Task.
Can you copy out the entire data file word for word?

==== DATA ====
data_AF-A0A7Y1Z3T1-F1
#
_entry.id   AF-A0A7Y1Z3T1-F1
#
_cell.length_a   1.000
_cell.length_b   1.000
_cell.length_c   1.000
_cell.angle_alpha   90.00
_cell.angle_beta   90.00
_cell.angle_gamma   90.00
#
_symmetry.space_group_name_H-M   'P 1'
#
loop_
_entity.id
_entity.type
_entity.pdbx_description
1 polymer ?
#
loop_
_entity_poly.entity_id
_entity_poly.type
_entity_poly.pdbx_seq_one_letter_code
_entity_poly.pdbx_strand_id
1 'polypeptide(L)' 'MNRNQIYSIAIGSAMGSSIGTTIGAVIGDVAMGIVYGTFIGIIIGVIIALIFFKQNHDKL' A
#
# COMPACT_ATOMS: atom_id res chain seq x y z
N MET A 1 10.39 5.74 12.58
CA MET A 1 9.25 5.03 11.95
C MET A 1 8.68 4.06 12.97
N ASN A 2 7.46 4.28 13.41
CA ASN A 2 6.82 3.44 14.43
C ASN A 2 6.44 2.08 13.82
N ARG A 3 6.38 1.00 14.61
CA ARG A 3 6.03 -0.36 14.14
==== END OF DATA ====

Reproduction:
data_AF-A0A7Y1Z3T1-F1
#
_entry.id   AF-A0A7Y1Z3T1-F1
#
_cell.length_a   1.000
_cell.length_b   1.000
_cell.length_c   1.000
_cell.angle_alpha   90.00
_cell.angle_beta   90.00
_cell.angle_gamma   90.00
#
_symmetry.space_group_name_H-M   'P 1'
#
loop_
_entity.id
_entity.type
_entity.pdbx_description
1 polymer ?
#
loop_
_entity_poly.entity_id
_entity_poly.type
_entity_poly.pdbx_seq_one_letter_code
_entity_poly.pdbx_strand_id
1 'polypeptide(L)' 'MNRNQIYSIAIGSAMGSSIGTTIGAVIGDVAMGIVYGTFIGIIIGVIIALIFFKQNHDKL' A
#
# COMPACT_ATOMS: atom_id res chain seq x y z
N MET A 1 10.39 5.74 12.58
CA MET A 1 9.25 5.03 11.95
C MET A 1 8.68 4.06 12.97
N ASN A 2 7.46 4.28 13.41
CA ASN A 2 6.82 3.44 14.43
C ASN A 2 6.44 2.08 13.82
N ARG A 3 6.38 1.00 14.61
CA ARG A 3 6.03 -0.36 14.14